Tuesday, October 24, 2017

Resist Not Evil

But I say unto you do not resist evil.  But if anyone strikes you on the right cheek, turn the other also. -- Matthew 5:39

If we were to take a vote among Christians today on whether we should resist evil, the vast majority would undoubtedly vote in favor of doing all in their power to resist evil and write this verse off as the ramblings of an out-of-touch peacenik.  (Though they would likely not admit out loud to the latter part of that)  Add to it Matthew 5:45 of loving your enemies and I suspect the majority of American Christians privately roll their eyes and think, "What a fruit loop.  Easy for him to say, but he didn't live with ISIS and terrorists."  No, Jesus lived under Roman rule, where crucifixions were handed out with impunity and innocents were thrown into the arena.  Most historians would also characterize most Roman Emperors as a pretty bad, inhumane, and even evil lot.

As I've watched the current American political agenda take a hard right turn and veer sharply into the realm of breaking up families, removing healthcare, deporting immigrants, refusing refugees, planning nuclear war, and castigating the free press and all who dissent, I found myself pondering this "do not resist evil" verse. What should the Christian's view be of evil? Few of us could argue, at minimum, that terrorism is evil.  The primordial blood lust inclination of the lizard brain linked with loyal tribalism has us all hooked into accepting the doctrine of "might makes right."  National policy, supported by the majority, seems to be dictating that violence be met with greater violence.  What does turning the other cheek mean when the unthinkable possibility of nuclear first strike has been publicly put on the table as a way of coping with "evil?"

To not resist evil flies counter to what our government is pressing.  I suspect that for those Christians who actually wrestle with making their faith congruous with their lives, many might go to that brain place of disconnecting their conscience from their government's actions - the internal version of separating church and state -- and turn off the news.  Jesus, might have more to say on that strategy.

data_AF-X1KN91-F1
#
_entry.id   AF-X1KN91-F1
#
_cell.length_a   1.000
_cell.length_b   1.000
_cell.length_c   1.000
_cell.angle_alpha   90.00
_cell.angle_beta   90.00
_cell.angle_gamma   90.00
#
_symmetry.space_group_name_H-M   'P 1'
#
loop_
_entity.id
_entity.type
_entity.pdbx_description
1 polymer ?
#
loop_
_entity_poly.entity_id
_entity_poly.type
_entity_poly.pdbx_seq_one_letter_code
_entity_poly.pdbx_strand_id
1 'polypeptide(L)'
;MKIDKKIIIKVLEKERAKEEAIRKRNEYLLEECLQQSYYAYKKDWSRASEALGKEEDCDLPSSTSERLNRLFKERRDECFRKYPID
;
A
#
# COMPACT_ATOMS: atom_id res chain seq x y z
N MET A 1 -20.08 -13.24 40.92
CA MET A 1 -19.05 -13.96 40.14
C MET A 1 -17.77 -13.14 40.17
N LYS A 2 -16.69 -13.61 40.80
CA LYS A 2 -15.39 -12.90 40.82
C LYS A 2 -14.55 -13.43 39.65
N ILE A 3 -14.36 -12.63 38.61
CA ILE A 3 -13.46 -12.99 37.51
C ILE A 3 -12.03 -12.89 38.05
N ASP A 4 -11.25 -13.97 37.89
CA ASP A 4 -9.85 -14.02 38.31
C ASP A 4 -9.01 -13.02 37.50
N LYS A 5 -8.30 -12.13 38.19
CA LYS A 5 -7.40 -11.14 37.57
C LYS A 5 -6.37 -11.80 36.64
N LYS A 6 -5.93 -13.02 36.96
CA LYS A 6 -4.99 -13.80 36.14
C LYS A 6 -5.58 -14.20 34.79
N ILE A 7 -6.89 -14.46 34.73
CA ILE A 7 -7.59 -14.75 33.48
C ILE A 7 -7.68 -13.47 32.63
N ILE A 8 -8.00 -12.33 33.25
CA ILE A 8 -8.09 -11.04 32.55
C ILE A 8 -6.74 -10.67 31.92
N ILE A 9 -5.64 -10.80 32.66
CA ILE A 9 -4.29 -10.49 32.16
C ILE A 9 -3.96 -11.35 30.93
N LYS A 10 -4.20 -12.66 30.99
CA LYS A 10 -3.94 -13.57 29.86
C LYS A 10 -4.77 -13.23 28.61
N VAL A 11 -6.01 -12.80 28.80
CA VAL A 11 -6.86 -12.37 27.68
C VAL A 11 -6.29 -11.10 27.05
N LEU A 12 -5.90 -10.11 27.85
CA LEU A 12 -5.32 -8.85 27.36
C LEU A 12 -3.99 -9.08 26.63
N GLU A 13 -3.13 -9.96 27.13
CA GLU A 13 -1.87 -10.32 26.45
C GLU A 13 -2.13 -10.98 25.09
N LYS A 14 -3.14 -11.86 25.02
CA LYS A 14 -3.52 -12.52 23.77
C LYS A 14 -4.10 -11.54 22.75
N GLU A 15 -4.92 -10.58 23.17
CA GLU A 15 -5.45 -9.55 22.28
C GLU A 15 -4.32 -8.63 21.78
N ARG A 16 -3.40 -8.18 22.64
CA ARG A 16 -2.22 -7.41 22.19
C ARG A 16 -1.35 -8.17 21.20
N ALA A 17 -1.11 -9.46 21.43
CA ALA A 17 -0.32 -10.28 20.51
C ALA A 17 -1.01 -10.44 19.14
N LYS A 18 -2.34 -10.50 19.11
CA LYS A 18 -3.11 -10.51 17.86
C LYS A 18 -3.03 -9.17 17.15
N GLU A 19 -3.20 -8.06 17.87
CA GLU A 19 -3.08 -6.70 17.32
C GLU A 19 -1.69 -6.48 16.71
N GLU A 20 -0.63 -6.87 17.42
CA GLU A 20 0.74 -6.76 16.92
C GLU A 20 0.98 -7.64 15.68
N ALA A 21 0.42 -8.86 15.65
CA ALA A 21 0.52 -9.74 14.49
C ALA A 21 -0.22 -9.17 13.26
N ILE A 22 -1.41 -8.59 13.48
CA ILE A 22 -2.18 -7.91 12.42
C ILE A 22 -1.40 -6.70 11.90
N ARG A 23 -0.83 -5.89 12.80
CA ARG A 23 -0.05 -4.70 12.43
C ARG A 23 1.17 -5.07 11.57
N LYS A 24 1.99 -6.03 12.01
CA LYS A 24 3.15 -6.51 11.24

Perhaps what Jesus could see about the nature of evil is that the more it is resisted, the stronger evil becomes.  It is the nature of evil that the more one engages with it, the more likely you are to get sucked into doing to the other likewise.  For instance, can anyone really make the claim that responding to the evil of the 9/11 attacks by going to war, which has caused an untold number of innocent civilian casualties, is a different act?

To break through the evil fallout, one has to be willing to put down the primordial urge for revenge and listen to the pent up grievances that have caused evil to take hold of hearts that can't take the injustice, hurt, and loss any more.  I think Jesus argues pretty explicitly that the response to evil should be compassion and love.  Just hypothetically, what if our governmental perspective were to shift in the opposite direction?  What if, instead of maintaining a budget of billions of dollars aimed at making enemies pay a heavy life toll, we were putting that into food production, medicine, education, and diplomacy to aid overthrows of repressive dictatorships?  In judo, the most effective defensive move is to flow with the force the opponent is using against you.  Perhaps that is the understanding Jesus had of opposing evil?

There is no political party in the United States that embraces a "Jesus ethic"  The Christian Church has largely been absorbed into a silence of despair and/or encouraged by the majority evil to hold the same small spirited, violent, self-protective, and unimaginative approaches we've been pursuing.  The result has been declining memberships and irrelevancy of the Church in most people's minds, and even overt hostility toward our hypocrisy.  The greatest reformation that the Church might undergo would be a coming together to actually advocate en masse for instilling a true Love ethic into secular government like it has never been done at any time in Church history? 

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